RATHER than pass the baton, 2018 Commonwealth Games officials have passed the Northern Rivers by in a exclusion snub for the Queen's Baton Run.
While the Queen's Baton touches down in Australia on December 24 to begin its 40,000km journey around the country before arriving on the Gold Coast for the Games opening ceremony, the Northern Rivers won't be included.
Commencing in Canberra and travelling through every state and territory over 100 days, the closest the baton will come to the Northern Rivers is Coffs Harbour in the south, and across the border to the north.
The Northern Rivers is set to contribute 25 baton bearers to the journey, but despite a rich sporting history and connection to the Games by virtue of being its closest neighbour, GOLDOC Chairman Peter Beattie said the relay "can't go everywhere".
Mr Beattie, who has received letters from disappointed mayors from other excluded locations, said the country was "just too big".
"The problem we have is really simple. This country is huge, we have 100 days, if we went to every community... in Australia, this baton relay would go for the next five years," Mr Beattie told ABC Gold Coast.
"We got each state, including NSW, and set up a local group to deal with baton bearers and applications. There were no politicians, we got community leaders appointed by an independent panel. They have to make choices about where it goes and we try and do that via an independent process."
Disappointed with the decision, Tweed Deputy Mayor Reece Byrnes joined a growing chorus of dejected Northern Rivers' leaders including Ballina Mayor David Wright in voicing their dismay.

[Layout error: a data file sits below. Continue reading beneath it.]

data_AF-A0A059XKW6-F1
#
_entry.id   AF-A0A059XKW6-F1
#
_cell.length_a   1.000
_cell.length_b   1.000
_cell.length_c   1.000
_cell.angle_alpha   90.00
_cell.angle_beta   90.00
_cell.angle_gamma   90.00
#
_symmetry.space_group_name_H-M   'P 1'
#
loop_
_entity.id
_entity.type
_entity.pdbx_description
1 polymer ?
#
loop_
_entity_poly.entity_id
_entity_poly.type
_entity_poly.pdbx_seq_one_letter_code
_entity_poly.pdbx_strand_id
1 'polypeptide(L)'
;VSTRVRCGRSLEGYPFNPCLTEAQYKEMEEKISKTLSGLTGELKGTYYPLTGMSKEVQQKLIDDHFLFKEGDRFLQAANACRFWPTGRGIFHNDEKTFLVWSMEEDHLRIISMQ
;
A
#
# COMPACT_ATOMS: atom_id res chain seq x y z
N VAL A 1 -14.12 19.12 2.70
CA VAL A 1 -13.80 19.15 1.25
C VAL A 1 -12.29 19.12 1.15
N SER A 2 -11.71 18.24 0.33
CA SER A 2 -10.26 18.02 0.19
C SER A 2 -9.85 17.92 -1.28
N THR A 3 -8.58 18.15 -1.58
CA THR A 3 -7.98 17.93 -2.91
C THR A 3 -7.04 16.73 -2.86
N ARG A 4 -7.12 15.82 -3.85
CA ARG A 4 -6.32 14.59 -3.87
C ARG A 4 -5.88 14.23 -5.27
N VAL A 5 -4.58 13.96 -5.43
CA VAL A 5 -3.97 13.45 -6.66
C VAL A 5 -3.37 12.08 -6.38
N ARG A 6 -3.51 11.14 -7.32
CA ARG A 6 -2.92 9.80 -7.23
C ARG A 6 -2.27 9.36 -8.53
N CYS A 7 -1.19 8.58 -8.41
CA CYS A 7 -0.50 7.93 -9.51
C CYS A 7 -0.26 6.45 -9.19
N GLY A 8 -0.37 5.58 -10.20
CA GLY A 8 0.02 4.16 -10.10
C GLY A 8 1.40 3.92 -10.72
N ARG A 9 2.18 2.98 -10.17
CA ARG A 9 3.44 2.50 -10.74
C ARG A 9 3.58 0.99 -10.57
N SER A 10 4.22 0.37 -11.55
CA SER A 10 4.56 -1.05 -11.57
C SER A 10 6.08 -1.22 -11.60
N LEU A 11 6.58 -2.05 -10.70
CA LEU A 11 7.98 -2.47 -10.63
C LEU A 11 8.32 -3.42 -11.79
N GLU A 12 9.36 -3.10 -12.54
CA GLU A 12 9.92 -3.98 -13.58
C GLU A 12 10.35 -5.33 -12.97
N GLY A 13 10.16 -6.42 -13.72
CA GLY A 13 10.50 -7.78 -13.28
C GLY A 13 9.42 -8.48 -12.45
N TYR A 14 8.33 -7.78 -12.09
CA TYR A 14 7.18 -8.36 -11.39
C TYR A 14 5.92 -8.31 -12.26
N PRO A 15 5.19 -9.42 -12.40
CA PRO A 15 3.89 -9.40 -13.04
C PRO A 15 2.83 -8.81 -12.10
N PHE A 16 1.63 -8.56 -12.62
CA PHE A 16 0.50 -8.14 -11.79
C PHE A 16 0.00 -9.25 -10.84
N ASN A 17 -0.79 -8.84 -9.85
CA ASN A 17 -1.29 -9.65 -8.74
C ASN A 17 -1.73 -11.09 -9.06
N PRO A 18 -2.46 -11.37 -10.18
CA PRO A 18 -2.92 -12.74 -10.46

'It is deeply disappointing that the Tweed Shire was snubbed for the baton relay. Tweed has a great reputation not only as a tourism hotspot, but also a sporting destination," Cr Byrnes said.
"Many residents have expressed disappointment we will not see the baton pass over the border to Queensland where the games are to be played."
Cr Byrnes said he would explore the possibility of submitting a motion to GOLDOC to reconsider their decision.
"I'll work with councillors and staff and request that the body have the relay pass through our great Shire," he said.
"After all, we are only next door."
Despite knocking on the door of the Gold Coast, a GOLDOC spokesperson said geographical challenges, operational constraints on timing and predetermined dates were all taken into consideration.
"The relay has been designed to be as inclusive as possible while also spending quality time in communities," the spokesperson said.
The QBR is scheduled to arrive on the Gold Coast on April 4, 2018.